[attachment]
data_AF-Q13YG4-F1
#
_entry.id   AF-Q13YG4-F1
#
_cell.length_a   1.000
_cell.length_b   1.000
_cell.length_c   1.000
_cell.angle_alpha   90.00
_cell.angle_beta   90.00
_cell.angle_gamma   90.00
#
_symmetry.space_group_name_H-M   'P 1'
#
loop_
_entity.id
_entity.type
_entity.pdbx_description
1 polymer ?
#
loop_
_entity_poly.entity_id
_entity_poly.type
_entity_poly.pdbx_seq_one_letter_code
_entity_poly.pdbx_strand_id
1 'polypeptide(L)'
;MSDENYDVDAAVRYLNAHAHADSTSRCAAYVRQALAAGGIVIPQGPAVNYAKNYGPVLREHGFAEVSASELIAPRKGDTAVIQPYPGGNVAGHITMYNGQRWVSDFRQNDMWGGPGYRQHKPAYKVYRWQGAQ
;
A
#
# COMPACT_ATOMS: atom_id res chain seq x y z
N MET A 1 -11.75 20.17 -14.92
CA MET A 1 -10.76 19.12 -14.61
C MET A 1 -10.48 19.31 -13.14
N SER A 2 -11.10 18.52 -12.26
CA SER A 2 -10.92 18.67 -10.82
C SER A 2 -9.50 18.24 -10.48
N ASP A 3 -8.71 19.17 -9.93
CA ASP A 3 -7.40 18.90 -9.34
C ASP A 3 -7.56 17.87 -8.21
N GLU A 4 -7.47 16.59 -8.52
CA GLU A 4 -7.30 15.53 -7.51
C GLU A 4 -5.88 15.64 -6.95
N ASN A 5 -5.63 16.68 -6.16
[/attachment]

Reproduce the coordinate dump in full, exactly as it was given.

data_AF-Q13YG4-F1
#
_entry.id   AF-Q13YG4-F1
#
_cell.length_a   1.000
_cell.length_b   1.000
_cell.length_c   1.000
_cell.angle_alpha   90.00
_cell.angle_beta   90.00
_cell.angle_gamma   90.00
#
_symmetry.space_group_name_H-M   'P 1'
#
loop_
_entity.id
_entity.type
_entity.pdbx_description
1 polymer ?
#
loop_
_entity_poly.entity_id
_entity_poly.type
_entity_poly.pdbx_seq_one_letter_code
_entity_poly.pdbx_strand_id
1 'polypeptide(L)'
;MSDENYDVDAAVRYLNAHAHADSTSRCAAYVRQALAAGGIVIPQGPAVNYAKNYGPVLREHGFAEVSASELIAPRKGDTAVIQPYPGGNVAGHITMYNGQRWVSDFRQNDMWGGPGYRQHKPAYKVYRWQGAQ
;
A
#
# COMPACT_ATOMS: atom_id res chain seq x y z
N MET A 1 -11.75 20.17 -14.92
CA MET A 1 -10.76 19.12 -14.61
C MET A 1 -10.48 19.31 -13.14
N SER A 2 -11.10 18.52 -12.26
CA SER A 2 -10.92 18.67 -10.82
C SER A 2 -9.50 18.24 -10.48
N ASP A 3 -8.71 19.17 -9.93
CA ASP A 3 -7.40 18.90 -9.34
C ASP A 3 -7.56 17.87 -8.21
N GLU A 4 -7.47 16.59 -8.52
CA GLU A 4 -7.30 15.53 -7.51
C GLU A 4 -5.88 15.64 -6.95
N ASN A 5 -5.63 16.68 -6.16